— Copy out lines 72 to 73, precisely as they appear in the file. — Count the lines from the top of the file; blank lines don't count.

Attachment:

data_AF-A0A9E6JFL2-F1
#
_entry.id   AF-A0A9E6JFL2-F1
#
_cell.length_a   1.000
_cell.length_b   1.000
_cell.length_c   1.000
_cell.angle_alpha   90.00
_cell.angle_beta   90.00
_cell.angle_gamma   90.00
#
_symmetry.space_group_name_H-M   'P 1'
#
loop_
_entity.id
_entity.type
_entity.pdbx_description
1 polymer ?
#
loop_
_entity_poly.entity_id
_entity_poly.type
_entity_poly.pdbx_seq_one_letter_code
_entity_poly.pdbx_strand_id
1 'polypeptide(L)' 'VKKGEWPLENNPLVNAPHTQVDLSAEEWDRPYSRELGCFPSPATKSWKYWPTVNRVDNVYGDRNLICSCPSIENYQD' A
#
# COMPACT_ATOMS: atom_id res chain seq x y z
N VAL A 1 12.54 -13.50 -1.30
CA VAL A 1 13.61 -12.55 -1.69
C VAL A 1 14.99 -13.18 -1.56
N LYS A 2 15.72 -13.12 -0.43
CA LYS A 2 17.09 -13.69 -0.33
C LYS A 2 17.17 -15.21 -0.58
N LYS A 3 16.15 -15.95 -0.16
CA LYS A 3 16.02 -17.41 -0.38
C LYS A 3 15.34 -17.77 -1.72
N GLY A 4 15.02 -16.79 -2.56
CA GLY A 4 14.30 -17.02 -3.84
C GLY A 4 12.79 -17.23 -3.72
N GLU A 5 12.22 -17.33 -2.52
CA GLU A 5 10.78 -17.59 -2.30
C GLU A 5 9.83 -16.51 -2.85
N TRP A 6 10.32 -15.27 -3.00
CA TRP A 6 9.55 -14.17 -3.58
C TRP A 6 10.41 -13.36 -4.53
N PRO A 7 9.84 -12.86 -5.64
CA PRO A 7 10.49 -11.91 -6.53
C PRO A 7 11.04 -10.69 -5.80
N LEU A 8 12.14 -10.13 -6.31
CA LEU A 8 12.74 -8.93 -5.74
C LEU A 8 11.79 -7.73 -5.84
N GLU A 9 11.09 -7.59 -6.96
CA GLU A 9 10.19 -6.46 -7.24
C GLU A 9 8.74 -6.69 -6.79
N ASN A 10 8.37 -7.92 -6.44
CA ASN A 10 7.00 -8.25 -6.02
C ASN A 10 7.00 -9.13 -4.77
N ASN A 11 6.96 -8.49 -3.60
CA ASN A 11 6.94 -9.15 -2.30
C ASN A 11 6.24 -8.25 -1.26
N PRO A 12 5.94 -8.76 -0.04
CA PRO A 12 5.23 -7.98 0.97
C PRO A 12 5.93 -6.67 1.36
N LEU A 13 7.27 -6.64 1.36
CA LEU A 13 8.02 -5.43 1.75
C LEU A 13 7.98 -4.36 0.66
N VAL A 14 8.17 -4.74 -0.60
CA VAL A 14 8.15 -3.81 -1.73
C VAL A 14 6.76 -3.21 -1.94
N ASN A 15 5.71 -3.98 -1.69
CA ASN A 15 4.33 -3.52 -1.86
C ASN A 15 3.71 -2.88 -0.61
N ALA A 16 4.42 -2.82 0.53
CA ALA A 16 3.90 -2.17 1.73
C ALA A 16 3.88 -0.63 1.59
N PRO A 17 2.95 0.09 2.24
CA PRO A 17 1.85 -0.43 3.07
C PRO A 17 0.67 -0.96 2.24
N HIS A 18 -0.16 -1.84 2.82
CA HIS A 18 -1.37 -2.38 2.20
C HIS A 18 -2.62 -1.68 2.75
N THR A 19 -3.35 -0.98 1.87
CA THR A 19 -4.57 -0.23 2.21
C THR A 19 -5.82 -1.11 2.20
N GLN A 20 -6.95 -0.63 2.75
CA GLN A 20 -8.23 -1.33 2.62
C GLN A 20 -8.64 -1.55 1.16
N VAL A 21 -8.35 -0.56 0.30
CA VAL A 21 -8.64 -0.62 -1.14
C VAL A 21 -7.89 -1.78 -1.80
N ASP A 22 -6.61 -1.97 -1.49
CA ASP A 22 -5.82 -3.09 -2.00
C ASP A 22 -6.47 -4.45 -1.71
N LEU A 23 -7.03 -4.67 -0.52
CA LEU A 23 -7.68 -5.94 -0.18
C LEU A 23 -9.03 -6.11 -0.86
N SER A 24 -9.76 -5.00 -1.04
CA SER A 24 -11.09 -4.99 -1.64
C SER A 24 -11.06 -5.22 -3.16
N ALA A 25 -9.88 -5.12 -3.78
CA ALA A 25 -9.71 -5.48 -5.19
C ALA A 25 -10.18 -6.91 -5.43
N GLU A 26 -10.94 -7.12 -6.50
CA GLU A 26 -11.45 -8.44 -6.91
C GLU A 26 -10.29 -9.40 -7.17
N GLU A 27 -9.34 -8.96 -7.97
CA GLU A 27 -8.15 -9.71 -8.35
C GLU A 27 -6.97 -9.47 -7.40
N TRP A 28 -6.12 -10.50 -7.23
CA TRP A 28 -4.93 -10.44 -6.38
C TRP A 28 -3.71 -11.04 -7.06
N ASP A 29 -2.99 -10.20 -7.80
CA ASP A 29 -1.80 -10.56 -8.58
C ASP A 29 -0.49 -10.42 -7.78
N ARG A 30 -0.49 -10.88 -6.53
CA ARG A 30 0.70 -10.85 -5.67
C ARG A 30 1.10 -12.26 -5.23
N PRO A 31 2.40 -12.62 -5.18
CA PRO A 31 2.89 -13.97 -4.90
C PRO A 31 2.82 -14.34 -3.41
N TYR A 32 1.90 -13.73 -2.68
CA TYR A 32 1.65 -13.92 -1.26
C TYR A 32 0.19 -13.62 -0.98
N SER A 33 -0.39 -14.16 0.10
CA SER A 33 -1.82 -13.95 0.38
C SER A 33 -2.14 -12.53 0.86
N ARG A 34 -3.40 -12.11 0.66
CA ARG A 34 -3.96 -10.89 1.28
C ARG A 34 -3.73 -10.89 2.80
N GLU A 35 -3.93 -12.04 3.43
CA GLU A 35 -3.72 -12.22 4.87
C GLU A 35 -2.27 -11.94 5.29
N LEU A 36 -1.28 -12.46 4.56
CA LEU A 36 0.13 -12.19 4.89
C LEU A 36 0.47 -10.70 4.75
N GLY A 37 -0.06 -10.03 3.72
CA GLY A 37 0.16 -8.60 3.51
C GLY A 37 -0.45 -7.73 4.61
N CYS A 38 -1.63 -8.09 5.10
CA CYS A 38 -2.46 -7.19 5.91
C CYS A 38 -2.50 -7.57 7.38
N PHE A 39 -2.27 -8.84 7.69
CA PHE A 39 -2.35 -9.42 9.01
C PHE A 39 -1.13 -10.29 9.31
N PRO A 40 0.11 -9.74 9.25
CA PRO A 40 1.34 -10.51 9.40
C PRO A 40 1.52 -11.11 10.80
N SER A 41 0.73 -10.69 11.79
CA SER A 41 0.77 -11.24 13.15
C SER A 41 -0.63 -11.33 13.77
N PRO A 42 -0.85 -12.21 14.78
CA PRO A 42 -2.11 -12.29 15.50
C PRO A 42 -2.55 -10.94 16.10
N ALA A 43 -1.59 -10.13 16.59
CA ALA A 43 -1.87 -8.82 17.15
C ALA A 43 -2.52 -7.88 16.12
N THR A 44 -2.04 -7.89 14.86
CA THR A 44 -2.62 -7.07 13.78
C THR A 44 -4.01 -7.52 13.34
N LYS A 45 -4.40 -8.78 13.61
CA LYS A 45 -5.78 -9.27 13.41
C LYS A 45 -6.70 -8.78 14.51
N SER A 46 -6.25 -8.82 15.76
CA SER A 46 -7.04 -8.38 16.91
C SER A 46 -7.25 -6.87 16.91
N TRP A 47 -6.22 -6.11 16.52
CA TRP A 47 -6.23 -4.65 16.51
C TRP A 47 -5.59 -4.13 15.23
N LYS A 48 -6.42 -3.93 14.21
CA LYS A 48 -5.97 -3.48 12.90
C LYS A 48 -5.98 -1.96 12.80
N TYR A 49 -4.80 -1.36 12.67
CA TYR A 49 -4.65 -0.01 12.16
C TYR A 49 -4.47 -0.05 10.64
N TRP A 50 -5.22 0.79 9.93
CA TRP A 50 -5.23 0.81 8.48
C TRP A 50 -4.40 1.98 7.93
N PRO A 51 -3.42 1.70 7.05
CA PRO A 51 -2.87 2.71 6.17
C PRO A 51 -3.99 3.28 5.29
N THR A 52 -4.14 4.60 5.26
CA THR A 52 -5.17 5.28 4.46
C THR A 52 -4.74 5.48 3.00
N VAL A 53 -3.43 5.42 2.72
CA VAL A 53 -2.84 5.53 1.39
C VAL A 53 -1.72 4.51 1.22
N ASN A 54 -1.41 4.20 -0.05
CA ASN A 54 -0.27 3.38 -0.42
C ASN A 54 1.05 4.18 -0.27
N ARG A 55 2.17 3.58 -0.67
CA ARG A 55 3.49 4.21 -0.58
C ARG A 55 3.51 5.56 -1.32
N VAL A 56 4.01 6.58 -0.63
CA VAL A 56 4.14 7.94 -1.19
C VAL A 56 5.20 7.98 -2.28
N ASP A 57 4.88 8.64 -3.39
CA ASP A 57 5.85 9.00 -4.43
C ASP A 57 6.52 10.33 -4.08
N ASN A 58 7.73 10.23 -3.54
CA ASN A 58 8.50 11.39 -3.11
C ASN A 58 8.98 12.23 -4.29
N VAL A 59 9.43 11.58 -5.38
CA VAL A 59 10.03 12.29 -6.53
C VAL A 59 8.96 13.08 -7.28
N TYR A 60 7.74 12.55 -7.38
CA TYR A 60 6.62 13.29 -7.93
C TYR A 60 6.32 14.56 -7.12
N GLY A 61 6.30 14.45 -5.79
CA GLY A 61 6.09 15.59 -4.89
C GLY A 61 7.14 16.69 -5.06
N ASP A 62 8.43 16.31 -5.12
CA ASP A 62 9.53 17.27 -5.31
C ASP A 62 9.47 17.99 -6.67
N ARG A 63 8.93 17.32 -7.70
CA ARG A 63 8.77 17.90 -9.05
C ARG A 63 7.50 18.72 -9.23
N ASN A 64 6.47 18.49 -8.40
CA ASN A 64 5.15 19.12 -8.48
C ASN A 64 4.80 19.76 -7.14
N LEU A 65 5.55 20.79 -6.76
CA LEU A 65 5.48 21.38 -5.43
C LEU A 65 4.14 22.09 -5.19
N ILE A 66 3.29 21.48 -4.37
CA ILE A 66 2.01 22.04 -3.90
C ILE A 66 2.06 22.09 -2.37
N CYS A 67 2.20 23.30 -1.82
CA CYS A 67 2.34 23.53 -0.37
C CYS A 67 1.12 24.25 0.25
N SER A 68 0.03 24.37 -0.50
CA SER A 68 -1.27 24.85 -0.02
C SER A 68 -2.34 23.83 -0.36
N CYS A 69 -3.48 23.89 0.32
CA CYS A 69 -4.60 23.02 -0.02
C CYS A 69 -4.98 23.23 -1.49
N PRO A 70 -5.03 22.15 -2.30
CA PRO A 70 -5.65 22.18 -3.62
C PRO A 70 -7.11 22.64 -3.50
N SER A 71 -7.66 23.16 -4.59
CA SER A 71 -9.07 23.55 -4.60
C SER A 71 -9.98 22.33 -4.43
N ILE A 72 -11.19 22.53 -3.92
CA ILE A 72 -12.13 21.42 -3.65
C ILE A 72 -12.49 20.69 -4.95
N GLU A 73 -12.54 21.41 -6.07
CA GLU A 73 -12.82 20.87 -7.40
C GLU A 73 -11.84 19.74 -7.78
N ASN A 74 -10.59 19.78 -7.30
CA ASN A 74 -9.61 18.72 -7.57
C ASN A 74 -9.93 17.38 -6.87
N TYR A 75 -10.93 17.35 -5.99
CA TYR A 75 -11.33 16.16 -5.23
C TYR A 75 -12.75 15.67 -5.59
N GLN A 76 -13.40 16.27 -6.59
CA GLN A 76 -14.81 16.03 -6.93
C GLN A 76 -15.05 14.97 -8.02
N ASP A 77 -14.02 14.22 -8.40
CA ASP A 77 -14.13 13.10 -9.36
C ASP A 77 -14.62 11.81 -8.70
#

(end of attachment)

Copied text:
C ASN A 15 3.71 -2.88 -0.61
N ALA A 16 4.42 -2.82 0.53